Required Reading (Will be discussed on Thursday 3/9/2017)
- Susan A. Glenn, Female Spectacle: The Theatrical Roots of Modern Feminism (Cambridge, MA: Harvard University Press, 2002).
- John Kasson, Amusing the Millions: Coney Island at the Turn of the Century (New York: Hill & Wang, 1978).
Multimedia About Ghost Dance & Wounded Knee Massacre From Last Class
Coney Island Multimedia to accompany Amusing the Million: Coney Island at the Turn of the Century
I recommend this documentary for a great overview of Coney Island history (complete with creepy carnival music throughout).
“Meet me in St. Louis, Louis Meet me at the fair Don’t tell me the lights are shining any place but there We will dance the Hoochie Coochie I will be your tootsie wootsie If you will meet in St. Louis, Louis Meet me at the fair.”
–-Judy Garland, Meet Me in St. Louis
Multimedia Related to World’s Fair History
The 1944 Judy Garland film Meet Me In St. Louis which debuted the song “Have Yourself a Merry Little Christmas” chronicles a family as they anticipate the 1904 St. Louis World’s Fair.
Disneyland Goes to the World’s Fair in New York (1964)
Weekly Assignment and Guided Reading Questions for Thursday
Select one of our guided reading questions (below) and provide your answer using evidence from either Amusing the Million or Female Spectacle.
- How do the “female spectacles” that Glenn describes compare with the performance of masculinity in Buffalo Bill and his Wild West Show? In what ways did these women and Cody both perform gender, or use performance to shape popular ideas about specific aspects of American society?
- What is the key determinant of female performers’ independence and freedom in popular culture? Which new institutional practices within the theater made it possible for women to break new ground?
- Do you buy the subtitle (and the author’s argument)? Can we find the roots of modern feminism in the theater? Why or why not?
- What role does audience participation play in Vaudeville? At the World’s Fair? At Coney Island?
- How is the human body being used in popular culture in new ways at Coney Island? What revolutionary change took place?
- What inspired George C. Tilyou and what major innovation did he make to American popular culture and entertainment?
15 responses to “History 380: Week 9: Vaudeville, Amusement Parks, & the World’s Fair”
I enjoyed this short (19 second) clip of the “Human Roulette” ride at Coney Island, hopefully you will too!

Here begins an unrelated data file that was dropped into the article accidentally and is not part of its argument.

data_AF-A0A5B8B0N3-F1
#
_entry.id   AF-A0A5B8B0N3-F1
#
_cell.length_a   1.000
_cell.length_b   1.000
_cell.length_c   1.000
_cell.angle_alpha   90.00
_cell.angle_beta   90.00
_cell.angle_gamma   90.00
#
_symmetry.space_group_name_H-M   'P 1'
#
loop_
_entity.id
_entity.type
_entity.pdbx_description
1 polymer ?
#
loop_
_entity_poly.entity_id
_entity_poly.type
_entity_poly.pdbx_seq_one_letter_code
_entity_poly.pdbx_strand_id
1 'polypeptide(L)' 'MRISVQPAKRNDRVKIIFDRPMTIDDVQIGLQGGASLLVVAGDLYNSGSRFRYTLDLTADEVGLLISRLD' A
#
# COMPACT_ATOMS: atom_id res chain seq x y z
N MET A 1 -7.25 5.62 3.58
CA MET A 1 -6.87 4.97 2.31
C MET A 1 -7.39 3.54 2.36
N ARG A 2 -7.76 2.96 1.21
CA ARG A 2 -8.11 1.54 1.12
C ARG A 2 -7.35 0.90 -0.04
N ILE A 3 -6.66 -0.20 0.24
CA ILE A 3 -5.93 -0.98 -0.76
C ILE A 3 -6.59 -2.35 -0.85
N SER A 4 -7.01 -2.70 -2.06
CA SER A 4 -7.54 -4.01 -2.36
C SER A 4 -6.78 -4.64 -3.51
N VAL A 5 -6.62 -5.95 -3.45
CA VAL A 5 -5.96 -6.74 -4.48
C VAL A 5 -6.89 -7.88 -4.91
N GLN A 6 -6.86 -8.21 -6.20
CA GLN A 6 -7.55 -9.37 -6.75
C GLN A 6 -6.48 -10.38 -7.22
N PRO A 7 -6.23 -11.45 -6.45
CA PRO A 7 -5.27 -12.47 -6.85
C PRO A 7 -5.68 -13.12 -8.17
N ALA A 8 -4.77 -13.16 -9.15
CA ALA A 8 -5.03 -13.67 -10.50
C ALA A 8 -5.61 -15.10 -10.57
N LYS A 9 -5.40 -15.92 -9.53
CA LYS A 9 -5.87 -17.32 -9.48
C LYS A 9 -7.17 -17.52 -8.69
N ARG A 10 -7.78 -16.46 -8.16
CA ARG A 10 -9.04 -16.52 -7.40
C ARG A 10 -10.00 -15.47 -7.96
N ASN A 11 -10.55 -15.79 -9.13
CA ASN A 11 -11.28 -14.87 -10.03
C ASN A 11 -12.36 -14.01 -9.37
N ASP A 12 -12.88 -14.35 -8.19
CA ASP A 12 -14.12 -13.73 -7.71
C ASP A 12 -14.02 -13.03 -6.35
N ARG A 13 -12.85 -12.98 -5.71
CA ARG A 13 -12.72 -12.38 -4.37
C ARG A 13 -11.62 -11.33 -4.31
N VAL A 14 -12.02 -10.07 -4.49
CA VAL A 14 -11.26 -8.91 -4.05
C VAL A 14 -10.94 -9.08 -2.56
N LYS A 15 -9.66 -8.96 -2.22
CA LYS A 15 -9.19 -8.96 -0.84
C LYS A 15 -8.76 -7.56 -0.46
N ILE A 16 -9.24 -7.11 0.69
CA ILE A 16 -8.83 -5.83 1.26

These are great!
George C. Tilyou was one of a few entrepreneurs who “sought to redeem Coney Island’s corrupt image” in the late 1800s (p. 34). His family was in the entertainment business, so it was perhaps no surprise that the man had the desire to spark a new form of entertainment during the turn of the century. Tilyou contributed to the “re-birth” of Coney Island. He, along with fellow entrepreneurs, realized that visitors wanted to be able to experience different “themes” all within the bounds of Coney Island. His specific contribution was Steeplechase Park, which was named after one of the main racetrack attractions. Tilyou was inspired by Paul Boyton’s enclosed amusement park and used this inspiration to create a park that was enclosed and separated from the rest of Coney Island. This gave him the opportunity to “monopolize patrons’ business” (p. 58).
Steeplechase Park was particularly innovative because it provided an outlet for visitors to become physically engaged in entertainment. Tilyou believed that this “muscular action” brought forth an additional way for people to let loose and enjoy themselves. Perhaps the most defining feature of Steeplechase Park was how it emphasized “games of theatricality and vertigo” rather than competitive skill. This allowed park attendees to be playful and tap into their childish tendencies. Visitors also typically encountered different kinds of “stunts” that would throw them off guard. These attractions highlighted the park’s themes of irresponsibility and foolishness. All of these factors contributed to the park’s ability to creatively draw people in to a joyful environment, where they could be free from the stresses of typical everyday life.
The emphasis on carnival, amusement, and pleasure at Coney Island ushered in a reconfiguration of the body in popular culture. Previously passive recipients of music, theater, and other early forms of entertainment, spectators were now active participants in their own amusement in a transformation that transformed how popular culture was experienced and the reasons it was consumed. With technological innovations that lowered prices of transportation and entertainment, as well as and increased leisure time, Coney Island became a democratic venture with a chance at affordable amusement, vacation, and escape for the masses.